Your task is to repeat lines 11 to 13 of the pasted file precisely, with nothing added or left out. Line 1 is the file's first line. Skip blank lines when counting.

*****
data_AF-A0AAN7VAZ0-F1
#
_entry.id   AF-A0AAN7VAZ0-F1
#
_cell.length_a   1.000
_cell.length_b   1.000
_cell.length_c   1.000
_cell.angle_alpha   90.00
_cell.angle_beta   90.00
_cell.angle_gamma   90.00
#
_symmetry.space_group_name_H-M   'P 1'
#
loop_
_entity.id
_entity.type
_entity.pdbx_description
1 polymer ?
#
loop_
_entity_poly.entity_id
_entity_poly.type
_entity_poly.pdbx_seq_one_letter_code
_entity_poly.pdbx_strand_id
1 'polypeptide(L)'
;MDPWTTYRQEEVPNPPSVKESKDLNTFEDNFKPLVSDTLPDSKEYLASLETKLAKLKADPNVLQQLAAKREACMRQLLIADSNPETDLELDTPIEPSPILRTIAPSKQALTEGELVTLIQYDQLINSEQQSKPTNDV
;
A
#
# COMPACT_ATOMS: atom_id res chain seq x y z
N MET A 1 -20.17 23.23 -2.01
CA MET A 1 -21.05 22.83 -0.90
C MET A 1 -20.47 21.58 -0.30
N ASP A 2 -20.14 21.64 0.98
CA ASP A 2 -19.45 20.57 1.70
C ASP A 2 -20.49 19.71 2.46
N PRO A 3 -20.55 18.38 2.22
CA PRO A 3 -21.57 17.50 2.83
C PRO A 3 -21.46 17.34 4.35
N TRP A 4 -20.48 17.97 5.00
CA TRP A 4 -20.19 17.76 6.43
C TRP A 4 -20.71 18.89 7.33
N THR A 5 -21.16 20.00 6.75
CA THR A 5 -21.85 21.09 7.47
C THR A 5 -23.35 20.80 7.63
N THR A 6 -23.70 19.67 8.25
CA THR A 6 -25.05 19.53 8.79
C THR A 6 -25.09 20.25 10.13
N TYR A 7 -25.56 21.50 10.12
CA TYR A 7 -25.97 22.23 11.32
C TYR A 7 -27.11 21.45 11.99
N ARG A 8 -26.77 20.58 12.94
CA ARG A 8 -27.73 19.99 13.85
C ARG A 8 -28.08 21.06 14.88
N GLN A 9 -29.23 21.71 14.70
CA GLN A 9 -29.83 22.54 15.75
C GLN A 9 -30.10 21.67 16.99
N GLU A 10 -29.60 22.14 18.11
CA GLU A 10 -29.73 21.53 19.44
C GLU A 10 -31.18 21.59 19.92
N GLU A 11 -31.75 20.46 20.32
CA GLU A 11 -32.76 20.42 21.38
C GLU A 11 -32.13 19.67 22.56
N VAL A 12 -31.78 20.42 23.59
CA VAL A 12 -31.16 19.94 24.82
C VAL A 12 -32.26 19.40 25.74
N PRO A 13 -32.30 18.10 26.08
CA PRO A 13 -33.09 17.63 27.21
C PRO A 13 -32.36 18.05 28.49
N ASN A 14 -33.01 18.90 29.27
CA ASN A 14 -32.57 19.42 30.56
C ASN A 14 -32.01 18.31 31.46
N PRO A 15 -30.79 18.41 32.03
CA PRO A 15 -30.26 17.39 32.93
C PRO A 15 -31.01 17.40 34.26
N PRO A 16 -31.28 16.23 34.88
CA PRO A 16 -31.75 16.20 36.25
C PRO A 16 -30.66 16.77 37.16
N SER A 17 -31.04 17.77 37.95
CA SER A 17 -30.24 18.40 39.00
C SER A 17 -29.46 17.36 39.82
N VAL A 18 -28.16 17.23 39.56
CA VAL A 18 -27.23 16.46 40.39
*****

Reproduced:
#
_symmetry.space_group_name_H-M   'P 1'
#